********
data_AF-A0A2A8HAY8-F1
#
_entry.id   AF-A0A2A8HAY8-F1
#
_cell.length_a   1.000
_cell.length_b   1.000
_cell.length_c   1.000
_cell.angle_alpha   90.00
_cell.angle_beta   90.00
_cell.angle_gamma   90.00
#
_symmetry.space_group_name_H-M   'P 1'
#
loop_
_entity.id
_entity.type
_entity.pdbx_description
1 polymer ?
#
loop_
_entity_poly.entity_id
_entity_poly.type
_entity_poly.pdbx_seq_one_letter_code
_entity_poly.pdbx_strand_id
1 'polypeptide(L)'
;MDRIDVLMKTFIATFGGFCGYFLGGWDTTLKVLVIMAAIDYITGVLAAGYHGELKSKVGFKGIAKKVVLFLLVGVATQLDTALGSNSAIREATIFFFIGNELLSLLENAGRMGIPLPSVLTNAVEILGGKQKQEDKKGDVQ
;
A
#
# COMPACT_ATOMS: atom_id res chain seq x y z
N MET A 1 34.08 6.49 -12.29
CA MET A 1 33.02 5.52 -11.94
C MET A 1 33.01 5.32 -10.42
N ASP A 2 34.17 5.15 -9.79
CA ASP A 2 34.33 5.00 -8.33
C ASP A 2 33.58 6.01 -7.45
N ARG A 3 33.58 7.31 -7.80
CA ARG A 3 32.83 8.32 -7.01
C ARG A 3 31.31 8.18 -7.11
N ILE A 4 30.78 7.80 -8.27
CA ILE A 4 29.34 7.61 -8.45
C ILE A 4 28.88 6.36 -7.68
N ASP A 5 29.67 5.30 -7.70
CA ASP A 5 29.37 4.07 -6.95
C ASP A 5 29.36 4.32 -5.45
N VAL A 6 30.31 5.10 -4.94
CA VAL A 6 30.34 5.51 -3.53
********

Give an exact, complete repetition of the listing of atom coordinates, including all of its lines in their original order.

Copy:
data_AF-A0A2A8HAY8-F1
#
_entry.id   AF-A0A2A8HAY8-F1
#
_cell.length_a   1.000
_cell.length_b   1.000
_cell.length_c   1.000
_cell.angle_alpha   90.00
_cell.angle_beta   90.00
_cell.angle_gamma   90.00
#
_symmetry.space_group_name_H-M   'P 1'
#
loop_
_entity.id
_entity.type
_entity.pdbx_description
1 polymer ?
#
loop_
_entity_poly.entity_id
_entity_poly.type
_entity_poly.pdbx_seq_one_letter_code
_entity_poly.pdbx_strand_id
1 'polypeptide(L)'
;MDRIDVLMKTFIATFGGFCGYFLGGWDTTLKVLVIMAAIDYITGVLAAGYHGELKSKVGFKGIAKKVVLFLLVGVATQLDTALGSNSAIREATIFFFIGNELLSLLENAGRMGIPLPSVLTNAVEILGGKQKQEDKKGDVQ
;
A
#
# COMPACT_ATOMS: atom_id res chain seq x y z
N MET A 1 34.08 6.49 -12.29
CA MET A 1 33.02 5.52 -11.94
C MET A 1 33.01 5.32 -10.42
N ASP A 2 34.17 5.15 -9.79
CA ASP A 2 34.33 5.00 -8.33
C ASP A 2 33.58 6.01 -7.45
N ARG A 3 33.58 7.31 -7.80
CA ARG A 3 32.83 8.32 -7.01
C ARG A 3 31.31 8.18 -7.11
N ILE A 4 30.78 7.80 -8.27
CA ILE A 4 29.34 7.61 -8.45
C ILE A 4 28.88 6.36 -7.68
N ASP A 5 29.67 5.30 -7.70
CA ASP A 5 29.37 4.07 -6.95
C ASP A 5 29.36 4.32 -5.45
N VAL A 6 30.31 5.10 -4.94
CA VAL A 6 30.34 5.51 -3.53